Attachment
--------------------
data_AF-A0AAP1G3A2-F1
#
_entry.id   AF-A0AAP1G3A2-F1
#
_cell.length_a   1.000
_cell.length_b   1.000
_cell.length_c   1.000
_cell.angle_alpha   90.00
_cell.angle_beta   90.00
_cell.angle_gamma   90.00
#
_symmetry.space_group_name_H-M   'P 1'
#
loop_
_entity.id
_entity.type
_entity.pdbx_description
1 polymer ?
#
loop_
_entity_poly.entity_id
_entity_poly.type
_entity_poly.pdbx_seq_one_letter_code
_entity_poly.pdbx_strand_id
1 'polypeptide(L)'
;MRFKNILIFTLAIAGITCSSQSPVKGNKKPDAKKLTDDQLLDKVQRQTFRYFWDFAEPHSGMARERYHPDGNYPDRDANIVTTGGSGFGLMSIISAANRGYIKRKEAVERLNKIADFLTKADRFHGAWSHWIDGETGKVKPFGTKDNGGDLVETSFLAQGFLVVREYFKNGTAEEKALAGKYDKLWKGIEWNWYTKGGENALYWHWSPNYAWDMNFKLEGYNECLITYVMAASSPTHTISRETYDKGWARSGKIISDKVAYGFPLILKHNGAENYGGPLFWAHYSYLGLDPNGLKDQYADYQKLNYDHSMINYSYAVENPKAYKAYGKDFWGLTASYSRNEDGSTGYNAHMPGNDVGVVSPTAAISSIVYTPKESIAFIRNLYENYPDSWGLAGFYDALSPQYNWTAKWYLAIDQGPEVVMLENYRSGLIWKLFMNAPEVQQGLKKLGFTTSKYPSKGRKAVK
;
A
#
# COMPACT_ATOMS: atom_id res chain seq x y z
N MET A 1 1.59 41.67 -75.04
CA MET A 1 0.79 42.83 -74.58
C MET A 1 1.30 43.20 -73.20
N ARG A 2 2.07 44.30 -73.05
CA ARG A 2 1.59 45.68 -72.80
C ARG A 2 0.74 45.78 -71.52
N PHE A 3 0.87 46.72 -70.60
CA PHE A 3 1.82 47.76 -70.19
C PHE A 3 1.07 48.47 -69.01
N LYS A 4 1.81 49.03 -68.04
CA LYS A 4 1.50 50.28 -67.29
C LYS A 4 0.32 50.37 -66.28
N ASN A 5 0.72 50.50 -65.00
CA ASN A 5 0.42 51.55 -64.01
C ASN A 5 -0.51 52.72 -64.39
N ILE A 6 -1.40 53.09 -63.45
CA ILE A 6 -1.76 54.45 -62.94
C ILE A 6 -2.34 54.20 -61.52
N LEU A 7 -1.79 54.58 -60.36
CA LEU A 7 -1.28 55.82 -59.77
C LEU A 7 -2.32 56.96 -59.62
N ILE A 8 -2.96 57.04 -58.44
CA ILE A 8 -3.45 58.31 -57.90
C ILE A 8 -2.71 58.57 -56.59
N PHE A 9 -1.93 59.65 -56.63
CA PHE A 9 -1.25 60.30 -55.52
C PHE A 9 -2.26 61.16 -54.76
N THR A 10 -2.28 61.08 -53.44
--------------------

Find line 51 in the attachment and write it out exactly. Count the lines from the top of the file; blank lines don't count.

C LEU A 7 -2.32 56.96 -59.62